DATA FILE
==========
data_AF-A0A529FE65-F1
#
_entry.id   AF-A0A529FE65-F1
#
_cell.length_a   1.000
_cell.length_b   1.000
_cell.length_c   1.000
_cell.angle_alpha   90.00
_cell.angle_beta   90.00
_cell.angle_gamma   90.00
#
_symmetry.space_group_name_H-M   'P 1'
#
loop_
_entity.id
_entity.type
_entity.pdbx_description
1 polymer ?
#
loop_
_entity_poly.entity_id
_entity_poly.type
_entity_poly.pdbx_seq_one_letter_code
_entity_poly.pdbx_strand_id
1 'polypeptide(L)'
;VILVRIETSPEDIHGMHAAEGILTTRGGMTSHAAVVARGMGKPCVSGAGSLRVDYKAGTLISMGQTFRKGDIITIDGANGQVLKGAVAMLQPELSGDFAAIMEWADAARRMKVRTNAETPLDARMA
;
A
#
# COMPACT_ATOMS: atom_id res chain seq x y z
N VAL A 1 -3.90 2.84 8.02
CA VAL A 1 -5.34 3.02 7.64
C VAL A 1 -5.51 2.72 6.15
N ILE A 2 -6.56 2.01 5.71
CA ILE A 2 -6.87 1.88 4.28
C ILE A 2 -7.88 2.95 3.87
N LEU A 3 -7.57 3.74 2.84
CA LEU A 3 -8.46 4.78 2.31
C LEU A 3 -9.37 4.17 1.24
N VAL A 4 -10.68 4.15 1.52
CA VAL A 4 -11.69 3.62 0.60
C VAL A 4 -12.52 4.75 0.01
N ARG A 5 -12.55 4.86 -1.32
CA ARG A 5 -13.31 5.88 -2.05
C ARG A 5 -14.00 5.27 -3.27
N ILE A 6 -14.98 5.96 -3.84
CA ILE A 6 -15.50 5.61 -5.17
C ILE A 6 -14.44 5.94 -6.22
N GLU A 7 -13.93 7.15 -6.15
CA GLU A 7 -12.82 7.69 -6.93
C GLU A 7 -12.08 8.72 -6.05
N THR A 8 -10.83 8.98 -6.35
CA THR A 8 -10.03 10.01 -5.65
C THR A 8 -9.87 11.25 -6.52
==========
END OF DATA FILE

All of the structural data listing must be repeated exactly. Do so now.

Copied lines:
data_AF-A0A529FE65-F1
#
_entry.id   AF-A0A529FE65-F1
#
_cell.length_a   1.000
_cell.length_b   1.000
_cell.length_c   1.000
_cell.angle_alpha   90.00
_cell.angle_beta   90.00
_cell.angle_gamma   90.00
#
_symmetry.space_group_name_H-M   'P 1'
#
loop_
_entity.id
_entity.type
_entity.pdbx_description
1 polymer ?
#
loop_
_entity_poly.entity_id
_entity_poly.type
_entity_poly.pdbx_seq_one_letter_code
_entity_poly.pdbx_strand_id
1 'polypeptide(L)'
;VILVRIETSPEDIHGMHAAEGILTTRGGMTSHAAVVARGMGKPCVSGAGSLRVDYKAGTLISMGQTFRKGDIITIDGANGQVLKGAVAMLQPELSGDFAAIMEWADAARRMKVRTNAETPLDARMA
;
A
#
# COMPACT_ATOMS: atom_id res chain seq x y z
N VAL A 1 -3.90 2.84 8.02
CA VAL A 1 -5.34 3.02 7.64
C VAL A 1 -5.51 2.72 6.15
N ILE A 2 -6.56 2.01 5.71
CA ILE A 2 -6.87 1.88 4.28
C ILE A 2 -7.88 2.95 3.87
N LEU A 3 -7.57 3.74 2.84
CA LEU A 3 -8.46 4.78 2.31
C LEU A 3 -9.37 4.17 1.24
N VAL A 4 -10.68 4.15 1.52
CA VAL A 4 -11.69 3.62 0.60
C VAL A 4 -12.52 4.75 0.01
N ARG A 5 -12.55 4.86 -1.32
CA ARG A 5 -13.31 5.88 -2.05
C ARG A 5 -14.00 5.27 -3.27
N ILE A 6 -14.98 5.96 -3.84
CA ILE A 6 -15.50 5.61 -5.17
C ILE A 6 -14.44 5.94 -6.22
N GLU A 7 -13.93 7.15 -6.15
CA GLU A 7 -12.82 7.69 -6.93
C GLU A 7 -12.08 8.72 -6.05
N THR A 8 -10.83 8.98 -6.35
CA THR A 8 -10.03 10.01 -5.65
C THR A 8 -9.87 11.25 -6.52